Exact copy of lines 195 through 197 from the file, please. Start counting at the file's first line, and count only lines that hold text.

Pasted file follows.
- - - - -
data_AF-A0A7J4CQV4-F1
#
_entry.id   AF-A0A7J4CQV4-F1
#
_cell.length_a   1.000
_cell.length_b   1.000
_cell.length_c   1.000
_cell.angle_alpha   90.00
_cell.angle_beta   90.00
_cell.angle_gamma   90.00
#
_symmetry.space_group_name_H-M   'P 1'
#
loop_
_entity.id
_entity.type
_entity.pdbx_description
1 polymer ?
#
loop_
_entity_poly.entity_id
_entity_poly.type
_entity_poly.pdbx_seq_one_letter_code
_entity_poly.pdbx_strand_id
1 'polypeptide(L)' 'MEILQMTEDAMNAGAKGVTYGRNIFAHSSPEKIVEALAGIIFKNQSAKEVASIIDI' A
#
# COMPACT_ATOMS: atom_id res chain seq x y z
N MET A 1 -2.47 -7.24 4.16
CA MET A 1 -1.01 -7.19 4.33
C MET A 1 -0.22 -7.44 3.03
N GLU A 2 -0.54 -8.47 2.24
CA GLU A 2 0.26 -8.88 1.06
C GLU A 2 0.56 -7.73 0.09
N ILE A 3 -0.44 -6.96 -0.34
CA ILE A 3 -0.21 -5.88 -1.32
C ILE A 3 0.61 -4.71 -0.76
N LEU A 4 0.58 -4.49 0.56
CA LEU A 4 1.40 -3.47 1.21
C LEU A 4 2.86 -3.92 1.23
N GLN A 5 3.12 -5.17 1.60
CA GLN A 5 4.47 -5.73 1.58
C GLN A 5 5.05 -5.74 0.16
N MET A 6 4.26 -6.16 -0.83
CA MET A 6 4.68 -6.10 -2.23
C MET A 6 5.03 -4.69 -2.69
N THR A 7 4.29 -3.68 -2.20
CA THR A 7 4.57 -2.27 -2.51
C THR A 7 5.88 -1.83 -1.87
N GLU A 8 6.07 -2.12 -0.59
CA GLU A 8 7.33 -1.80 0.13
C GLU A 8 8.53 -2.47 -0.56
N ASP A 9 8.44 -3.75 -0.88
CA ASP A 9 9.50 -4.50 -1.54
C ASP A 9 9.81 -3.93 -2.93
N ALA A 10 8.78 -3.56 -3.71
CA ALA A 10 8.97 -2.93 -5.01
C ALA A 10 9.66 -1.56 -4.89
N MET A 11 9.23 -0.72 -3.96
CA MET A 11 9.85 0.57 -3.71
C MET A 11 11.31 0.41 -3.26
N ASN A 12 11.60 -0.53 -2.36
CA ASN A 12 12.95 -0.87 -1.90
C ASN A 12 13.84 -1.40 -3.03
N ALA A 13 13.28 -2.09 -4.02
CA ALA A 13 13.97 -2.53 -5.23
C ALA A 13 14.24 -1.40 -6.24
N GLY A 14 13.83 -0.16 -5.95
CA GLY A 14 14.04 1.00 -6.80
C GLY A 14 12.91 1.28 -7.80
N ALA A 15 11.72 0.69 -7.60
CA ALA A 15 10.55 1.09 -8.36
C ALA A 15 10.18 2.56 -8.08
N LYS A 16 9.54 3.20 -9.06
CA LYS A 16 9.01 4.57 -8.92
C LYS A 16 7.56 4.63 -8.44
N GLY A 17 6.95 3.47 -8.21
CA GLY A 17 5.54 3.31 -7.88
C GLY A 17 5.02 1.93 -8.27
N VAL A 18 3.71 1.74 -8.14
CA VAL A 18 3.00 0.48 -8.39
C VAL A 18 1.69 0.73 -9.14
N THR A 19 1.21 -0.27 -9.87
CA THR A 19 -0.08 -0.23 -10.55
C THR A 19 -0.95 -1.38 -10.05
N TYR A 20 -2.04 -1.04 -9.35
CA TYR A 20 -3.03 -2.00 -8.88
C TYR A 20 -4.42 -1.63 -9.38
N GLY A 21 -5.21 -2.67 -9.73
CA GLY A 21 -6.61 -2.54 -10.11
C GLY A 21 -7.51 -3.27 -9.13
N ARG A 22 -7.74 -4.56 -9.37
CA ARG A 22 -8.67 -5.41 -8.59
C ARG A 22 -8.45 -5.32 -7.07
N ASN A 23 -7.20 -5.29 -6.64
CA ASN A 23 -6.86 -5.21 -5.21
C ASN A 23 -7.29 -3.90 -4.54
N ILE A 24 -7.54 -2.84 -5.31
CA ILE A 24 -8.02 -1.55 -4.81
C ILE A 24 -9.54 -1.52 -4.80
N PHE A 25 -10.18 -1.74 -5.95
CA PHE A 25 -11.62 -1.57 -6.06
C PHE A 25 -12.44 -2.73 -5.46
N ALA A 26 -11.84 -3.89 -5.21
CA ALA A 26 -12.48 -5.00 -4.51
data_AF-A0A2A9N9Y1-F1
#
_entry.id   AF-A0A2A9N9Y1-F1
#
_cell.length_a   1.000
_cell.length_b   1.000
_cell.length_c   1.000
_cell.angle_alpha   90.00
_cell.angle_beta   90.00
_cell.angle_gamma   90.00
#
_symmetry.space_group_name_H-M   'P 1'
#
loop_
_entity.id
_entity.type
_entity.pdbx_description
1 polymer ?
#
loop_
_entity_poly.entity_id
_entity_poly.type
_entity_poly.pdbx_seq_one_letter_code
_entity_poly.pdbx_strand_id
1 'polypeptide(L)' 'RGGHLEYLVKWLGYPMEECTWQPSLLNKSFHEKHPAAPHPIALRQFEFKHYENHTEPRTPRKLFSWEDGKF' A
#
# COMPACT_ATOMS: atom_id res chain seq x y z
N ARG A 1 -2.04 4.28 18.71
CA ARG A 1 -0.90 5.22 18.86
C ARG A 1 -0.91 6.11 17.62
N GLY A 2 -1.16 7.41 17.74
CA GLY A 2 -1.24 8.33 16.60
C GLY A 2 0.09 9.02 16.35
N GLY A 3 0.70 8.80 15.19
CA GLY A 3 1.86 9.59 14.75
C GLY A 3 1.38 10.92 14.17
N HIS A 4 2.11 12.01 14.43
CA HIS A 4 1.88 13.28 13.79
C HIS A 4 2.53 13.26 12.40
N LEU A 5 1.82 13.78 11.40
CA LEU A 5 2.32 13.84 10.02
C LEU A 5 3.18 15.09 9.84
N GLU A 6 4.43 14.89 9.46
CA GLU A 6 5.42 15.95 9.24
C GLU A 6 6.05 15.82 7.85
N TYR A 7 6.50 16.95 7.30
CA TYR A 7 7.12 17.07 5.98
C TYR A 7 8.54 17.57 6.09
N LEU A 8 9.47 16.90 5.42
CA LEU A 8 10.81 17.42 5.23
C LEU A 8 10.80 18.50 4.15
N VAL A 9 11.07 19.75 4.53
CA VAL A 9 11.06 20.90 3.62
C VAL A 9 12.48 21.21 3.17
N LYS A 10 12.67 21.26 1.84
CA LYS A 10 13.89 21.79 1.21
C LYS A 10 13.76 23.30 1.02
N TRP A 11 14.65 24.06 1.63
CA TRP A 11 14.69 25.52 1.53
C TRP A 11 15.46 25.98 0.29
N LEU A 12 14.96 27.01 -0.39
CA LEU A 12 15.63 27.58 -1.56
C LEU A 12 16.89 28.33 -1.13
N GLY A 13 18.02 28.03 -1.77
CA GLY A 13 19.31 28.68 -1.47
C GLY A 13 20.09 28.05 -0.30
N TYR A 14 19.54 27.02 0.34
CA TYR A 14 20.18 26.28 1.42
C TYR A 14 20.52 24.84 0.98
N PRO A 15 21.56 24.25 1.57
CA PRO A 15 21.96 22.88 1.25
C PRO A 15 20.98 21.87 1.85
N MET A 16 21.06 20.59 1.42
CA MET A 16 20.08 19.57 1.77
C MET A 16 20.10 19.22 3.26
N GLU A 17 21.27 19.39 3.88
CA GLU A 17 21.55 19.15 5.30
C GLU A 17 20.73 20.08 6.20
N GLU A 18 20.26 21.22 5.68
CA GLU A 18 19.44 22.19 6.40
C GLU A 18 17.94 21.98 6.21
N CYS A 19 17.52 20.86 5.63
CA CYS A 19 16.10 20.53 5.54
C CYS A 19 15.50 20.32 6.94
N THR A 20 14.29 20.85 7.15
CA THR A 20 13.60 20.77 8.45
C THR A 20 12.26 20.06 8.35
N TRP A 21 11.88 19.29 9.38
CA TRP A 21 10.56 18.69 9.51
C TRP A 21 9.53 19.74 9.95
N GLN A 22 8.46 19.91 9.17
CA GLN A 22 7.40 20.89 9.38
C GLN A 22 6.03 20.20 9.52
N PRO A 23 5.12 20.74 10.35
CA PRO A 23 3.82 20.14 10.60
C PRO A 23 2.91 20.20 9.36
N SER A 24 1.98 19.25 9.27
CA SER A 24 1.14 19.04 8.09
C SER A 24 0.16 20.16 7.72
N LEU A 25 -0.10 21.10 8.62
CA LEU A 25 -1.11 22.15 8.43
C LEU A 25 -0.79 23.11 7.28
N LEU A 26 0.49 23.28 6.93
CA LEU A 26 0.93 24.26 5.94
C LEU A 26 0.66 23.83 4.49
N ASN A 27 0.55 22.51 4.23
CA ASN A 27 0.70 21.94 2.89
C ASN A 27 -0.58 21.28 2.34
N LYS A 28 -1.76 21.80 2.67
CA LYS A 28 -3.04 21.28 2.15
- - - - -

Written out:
N GLN A 22 8.46 19.91 9.17
CA GLN A 22 7.40 20.89 9.38
C GLN A 22 6.03 20.20 9.52